Formed in 1978, Pendragon have been a central figure in the neo-progressive rock music scene for over forty years, always on the fringe of fame, but never quite crossing over into the mainstream. Quite why is a mystery; they certainly do not lack any of the required skills. Although so saying, there are pockets of ardent Pendragon fans dotted around the world – Poland and Germany being particular strongholds.
Pendragon, after early predictable band member comings and goings, have had a pretty consistent line up since 1986, with only twice the drummer being changed. Nick Barret is often seen as the band’s figurehead, playing lead guitar and performing the vocal duties. Peter Gee meanwhile on bass guitar is one of the best in the business and has released some nice solo albums of his own, allowing him to show off some different musical talents other than in the Pendragon progressive manner.
On keyboards is Clive Nolan, a man that deserves his own review. Becoming the youngest ever recipient of the ALCM Musical Composition Diploma, he has been with Pendragon since 1986. He has also found time to form fine bands such as Arena since 1995 (9 studio albums, 5 live albums) and Shadowlands since 1992 (4 studio albums.) He also recorded two concept albums with Oliver Wakeman, the nonsensically delightful “Jabberwocky” from 1999 and “The Hound of the Baskervilles” in 2002.
On drums for Pendragon at the time of this recording was the fabulously named Fudge Smith.
After two albums of finding their way, Pendragon launched the wonderfully named Toff Records in 1991 and proceeded down the road of progressive rock. Their first release in 1991 was “The World”, which proclaimed from the castle balustrades their musical intentions. This was followed in 1993 by this magnificent album, “Windows of Life”.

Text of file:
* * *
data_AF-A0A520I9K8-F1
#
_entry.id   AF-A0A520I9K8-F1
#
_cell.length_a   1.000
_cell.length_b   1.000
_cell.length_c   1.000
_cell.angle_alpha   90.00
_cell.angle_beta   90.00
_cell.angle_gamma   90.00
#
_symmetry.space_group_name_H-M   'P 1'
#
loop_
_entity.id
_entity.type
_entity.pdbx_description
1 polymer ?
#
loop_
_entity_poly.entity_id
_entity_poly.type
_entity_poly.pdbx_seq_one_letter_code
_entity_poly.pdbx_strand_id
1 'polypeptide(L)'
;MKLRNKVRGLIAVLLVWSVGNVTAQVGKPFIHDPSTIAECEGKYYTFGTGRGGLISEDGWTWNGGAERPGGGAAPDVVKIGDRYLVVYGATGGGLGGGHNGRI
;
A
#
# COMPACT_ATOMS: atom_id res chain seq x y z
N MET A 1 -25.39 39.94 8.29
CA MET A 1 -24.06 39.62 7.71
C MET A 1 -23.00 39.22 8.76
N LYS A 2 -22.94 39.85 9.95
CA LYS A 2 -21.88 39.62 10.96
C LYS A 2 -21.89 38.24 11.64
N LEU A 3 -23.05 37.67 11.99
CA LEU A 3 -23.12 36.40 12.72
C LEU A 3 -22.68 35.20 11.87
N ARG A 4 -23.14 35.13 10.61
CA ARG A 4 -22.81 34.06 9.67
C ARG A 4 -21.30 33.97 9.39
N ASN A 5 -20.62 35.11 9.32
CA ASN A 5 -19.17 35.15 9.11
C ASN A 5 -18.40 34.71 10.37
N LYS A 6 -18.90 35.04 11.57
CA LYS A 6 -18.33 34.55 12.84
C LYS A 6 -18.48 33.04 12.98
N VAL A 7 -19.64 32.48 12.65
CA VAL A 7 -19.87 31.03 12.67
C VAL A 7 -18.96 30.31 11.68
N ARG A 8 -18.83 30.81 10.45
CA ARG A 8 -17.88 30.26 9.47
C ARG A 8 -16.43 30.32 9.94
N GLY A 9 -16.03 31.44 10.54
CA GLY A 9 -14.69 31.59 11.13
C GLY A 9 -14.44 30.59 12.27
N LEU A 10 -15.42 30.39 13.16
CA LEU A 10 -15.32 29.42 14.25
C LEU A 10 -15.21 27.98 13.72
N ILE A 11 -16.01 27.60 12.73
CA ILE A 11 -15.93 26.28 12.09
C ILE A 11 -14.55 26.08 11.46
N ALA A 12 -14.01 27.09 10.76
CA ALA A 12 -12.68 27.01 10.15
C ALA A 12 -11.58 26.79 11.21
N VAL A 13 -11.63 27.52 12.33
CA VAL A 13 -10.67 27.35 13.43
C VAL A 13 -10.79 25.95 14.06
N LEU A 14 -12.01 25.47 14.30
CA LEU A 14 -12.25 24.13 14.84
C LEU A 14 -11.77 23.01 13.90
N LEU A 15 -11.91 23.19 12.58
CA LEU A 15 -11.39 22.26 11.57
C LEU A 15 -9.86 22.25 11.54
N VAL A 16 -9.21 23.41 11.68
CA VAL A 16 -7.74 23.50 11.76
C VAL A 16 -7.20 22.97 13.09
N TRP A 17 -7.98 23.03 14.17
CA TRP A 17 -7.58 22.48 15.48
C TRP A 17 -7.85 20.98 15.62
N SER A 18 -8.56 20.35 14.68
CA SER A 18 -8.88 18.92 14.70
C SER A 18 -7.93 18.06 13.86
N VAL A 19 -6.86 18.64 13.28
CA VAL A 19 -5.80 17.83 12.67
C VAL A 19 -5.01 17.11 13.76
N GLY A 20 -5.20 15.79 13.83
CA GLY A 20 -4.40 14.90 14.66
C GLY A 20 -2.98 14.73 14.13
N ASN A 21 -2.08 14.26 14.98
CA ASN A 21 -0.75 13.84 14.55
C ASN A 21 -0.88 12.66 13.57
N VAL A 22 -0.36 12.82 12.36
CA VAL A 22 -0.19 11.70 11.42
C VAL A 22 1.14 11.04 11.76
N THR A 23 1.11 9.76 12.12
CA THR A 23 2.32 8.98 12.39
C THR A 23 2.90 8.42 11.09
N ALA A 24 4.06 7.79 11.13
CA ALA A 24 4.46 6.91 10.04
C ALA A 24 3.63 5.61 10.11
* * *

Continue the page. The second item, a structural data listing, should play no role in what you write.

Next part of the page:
The album opener “Walls of Babylon” has a symphonic opening from Nolan’s keyboards before Barrett’s guitar cuts in with some excellent lead guitar soloing. The rhythm section then comes crashing in and the song is away. It takes some four and a half minutes for the song itself to get underway and the vocals to arrive. Fourteen minutes for your opening track is a bold statement, but the whole song has a very grand feel about it, with hints of Pink Floyd’s “Shine on you Crazy Diamond” followed by some late Peter Gabriel era Genesis driving music. Take your influences from the best!
Next up is “Ghosts”, which presents a piano intro before Barrett’s harrowing vocals take over and some more excellently controlled guitar. “The Last Man on Earth” is the centerpiece of the album and is an epic in every sense of the word, while the last two songs on the album show that even progressive rock bands can write commercial material.
A running time of over fifty four minutes of quality music was always good value, but since the 2006 re-release of this album, the EP “Fallen Dreams and Angels” from 1994 has been added on so you get an extra twenty minutes of class music.
Pendragon’s last studio album was “Men Who Climb Mountains” released in 2014, so we must be due a new album soon.
The sleeve artwork of the review album by Simon Williams is also colorful, bright and witty.
Mott the Dog Rating – 5 Stars
The Walls of Babylon
Breaking The Spell
Last Man On Earth
Nostradamus. ( Stargazing)
Am I really Losing You?
The Third World In The UK
Fallen Dreams and Angels
Nick Barrett – guitars and vocals
Peter Gee – bass guitar
Clive Nolan – keyboards and vocals
Fudge Smith- drums